Tilbury Riverside It's a fascinating short stretch of riverside, this, as some of us discovered on a short guided walk led by local historian MikeOstler. The Thames is relatively narrow here, he explained, which is one reason why so many activities have sprung up on these marshy banks directly opposite Gravesend. The Romans settled nearby, while thefort on the Tilbury side (and its maple-leaf moat) dates back to the defensive tactics of Henry VIII. It being low tide we spotted the stumpy remains of one of the ferry's earlier jetties rising from the mud outside the World's End pub. Samuel Pepys was a semi-regular drinker, as was author Daniel Defoe who made a considerable sum of money using Tilbury mud to make the bricks from which the Royal Greenwich Observatory is constructed. I may have walked this way before, but I was reminded how even the briefest stroll (along concrete walls, downwind of a power station) can be brought to life by a knowledgeable and talented guide.
The Port of Tilbury Forget the mothballed past. Tilbury's container port is a massive facility, 850 acres in total, through which a significant proportion of the nation's imports passes. You won't normally get inside the perimeter, not unless you work here, but a select group of centenary visitors got to take an hour-long tour from one end to the other... in a vintage Routemaster bus. I got a seat on the top deck, along with several port workers past and present keen (at last!) to show off their day job to other close family members. We passed several large warehouses, many used for the storage and transfer of paper for which Tilbury is nationally renowned. LOCOG are stockpiling all sorts of equipment for the Olympics inside Berth 46, including ten thousand tons of sand destined for the equestrian arena in Greenwich Park this summer. Further along is a row of grain silos the height of a seven-storey building, beside which is a mill manufacturing a significant proportion of southeast England's bread. On and on the port's buildings stretch, round every nook and cranny of the comb-shaped docks, from logistics hubs to recycling facilities to P&O ferry terminals. In one corner we even spotted the Ross Revenge - Radio Caroline's converted trawler - and the Queen Mary which used to be moored along the Victoria Embankment. But it was the cranes and containers that most impressed, even on a quiet Sunday, as the metal boxes were stacked and shuffled on and off and around the quaysides. "That's a straddle-carrier," explained one father as we passed a group of tall yellow cranes-on-wheels scuttling between the containers. "And look, that's what Daddy drives for a living," he added, if only eldest son had looked up from his mobile long enough to take note. A most impressive port tour, opening up a world we all take for granted but so few of us ever see.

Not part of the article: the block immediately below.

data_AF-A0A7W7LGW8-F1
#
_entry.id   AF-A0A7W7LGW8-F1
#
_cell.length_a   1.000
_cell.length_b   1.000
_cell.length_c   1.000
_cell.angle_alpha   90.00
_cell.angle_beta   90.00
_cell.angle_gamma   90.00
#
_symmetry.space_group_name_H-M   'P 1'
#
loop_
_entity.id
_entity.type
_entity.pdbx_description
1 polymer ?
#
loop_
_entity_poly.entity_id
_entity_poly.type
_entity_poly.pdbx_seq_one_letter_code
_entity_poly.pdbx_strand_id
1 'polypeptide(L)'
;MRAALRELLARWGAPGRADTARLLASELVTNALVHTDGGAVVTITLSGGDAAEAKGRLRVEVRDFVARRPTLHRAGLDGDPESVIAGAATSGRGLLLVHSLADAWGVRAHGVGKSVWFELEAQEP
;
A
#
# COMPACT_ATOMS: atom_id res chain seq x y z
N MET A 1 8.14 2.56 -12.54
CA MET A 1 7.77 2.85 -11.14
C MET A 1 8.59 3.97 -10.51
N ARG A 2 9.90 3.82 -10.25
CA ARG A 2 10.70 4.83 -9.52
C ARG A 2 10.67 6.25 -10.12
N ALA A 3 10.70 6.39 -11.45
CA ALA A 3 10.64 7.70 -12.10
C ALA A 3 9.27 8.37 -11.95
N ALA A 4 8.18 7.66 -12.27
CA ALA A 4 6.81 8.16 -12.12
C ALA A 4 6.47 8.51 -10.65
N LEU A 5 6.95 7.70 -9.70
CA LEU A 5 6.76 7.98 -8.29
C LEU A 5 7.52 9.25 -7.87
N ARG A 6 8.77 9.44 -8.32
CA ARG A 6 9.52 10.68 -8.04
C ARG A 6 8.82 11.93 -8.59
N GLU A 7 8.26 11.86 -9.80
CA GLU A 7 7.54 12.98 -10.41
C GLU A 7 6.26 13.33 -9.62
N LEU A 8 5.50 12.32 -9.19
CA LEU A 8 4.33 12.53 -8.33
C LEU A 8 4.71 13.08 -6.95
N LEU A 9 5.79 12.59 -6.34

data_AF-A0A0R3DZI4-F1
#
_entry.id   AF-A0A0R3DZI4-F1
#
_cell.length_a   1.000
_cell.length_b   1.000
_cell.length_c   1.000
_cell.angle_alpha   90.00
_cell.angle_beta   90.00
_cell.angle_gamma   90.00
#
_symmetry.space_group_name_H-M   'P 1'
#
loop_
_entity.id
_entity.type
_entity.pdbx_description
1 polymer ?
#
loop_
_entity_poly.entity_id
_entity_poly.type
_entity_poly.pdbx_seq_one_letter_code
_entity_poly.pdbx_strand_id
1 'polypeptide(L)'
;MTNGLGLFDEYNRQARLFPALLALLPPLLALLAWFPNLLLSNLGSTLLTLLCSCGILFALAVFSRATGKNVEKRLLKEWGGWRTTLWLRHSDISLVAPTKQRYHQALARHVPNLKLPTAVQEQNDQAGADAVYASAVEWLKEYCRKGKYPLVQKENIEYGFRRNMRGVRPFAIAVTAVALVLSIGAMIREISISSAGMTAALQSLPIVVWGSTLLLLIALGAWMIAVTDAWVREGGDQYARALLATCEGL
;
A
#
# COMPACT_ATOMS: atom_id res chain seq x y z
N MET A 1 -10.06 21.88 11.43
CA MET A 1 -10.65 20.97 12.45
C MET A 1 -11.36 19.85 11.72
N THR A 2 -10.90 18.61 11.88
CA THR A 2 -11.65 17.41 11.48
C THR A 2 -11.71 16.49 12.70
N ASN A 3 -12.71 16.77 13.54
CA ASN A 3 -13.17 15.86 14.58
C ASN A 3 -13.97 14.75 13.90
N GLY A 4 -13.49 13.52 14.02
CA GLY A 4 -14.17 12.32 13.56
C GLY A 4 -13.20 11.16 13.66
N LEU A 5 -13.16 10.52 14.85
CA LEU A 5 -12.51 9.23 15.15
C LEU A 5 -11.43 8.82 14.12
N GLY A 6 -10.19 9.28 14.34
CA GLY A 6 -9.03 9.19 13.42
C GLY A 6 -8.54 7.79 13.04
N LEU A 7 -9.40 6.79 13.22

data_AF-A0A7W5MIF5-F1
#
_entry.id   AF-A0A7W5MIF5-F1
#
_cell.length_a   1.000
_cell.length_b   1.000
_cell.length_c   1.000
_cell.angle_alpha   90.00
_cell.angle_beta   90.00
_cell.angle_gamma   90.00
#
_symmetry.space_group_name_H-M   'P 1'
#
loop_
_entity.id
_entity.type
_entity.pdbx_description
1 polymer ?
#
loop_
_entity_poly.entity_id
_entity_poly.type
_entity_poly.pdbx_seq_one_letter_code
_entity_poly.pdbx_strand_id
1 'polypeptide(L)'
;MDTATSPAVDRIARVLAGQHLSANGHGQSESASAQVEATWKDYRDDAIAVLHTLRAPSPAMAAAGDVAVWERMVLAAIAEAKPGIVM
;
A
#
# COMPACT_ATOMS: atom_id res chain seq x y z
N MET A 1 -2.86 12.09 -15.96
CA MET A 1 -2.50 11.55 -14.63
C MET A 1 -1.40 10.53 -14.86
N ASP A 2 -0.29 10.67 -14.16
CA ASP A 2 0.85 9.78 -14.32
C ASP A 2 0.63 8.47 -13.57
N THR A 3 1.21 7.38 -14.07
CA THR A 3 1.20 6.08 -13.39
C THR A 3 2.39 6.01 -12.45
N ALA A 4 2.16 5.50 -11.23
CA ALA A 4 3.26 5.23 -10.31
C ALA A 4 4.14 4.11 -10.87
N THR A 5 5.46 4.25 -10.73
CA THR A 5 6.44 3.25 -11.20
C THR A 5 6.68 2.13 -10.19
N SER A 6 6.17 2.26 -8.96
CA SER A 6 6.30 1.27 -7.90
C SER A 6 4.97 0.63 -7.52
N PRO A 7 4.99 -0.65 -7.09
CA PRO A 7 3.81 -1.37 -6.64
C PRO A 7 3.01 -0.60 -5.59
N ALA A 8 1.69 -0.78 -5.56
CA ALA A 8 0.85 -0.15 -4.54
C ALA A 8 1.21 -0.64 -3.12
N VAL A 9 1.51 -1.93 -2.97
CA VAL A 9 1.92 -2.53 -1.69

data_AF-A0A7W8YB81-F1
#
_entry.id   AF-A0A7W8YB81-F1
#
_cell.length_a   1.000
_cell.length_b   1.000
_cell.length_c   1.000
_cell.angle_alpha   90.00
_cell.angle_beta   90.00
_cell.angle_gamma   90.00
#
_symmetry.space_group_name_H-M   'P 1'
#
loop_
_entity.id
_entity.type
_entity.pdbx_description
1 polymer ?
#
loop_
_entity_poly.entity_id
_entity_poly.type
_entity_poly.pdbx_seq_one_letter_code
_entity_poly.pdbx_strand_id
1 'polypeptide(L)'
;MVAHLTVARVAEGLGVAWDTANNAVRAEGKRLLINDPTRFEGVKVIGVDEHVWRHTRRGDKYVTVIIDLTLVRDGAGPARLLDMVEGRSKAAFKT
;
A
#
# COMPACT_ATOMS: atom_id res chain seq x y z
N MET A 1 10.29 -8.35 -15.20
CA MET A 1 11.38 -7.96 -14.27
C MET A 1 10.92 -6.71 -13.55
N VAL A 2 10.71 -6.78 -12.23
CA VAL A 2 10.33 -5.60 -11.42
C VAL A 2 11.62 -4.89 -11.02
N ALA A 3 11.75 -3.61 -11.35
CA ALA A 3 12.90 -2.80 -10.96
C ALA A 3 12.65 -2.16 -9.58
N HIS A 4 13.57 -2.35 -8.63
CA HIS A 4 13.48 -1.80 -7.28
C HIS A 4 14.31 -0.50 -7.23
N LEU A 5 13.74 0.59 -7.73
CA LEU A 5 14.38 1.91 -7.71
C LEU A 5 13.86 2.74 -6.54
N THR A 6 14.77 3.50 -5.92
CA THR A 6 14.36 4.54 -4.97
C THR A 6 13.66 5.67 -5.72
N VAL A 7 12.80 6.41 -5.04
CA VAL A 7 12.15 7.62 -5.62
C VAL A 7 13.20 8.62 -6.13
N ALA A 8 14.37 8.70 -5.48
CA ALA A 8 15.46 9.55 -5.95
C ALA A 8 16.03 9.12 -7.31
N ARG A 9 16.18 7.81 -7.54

If you're slightly gutted you missed out on this, then keep an eye on Ian Visits' What's On calendar for similarly quirky round-London events. (if you're thinking "yeah, so it was a tour of the Port of Tilbury from the top deck of a Routemaster, so what?" then probably don't bother)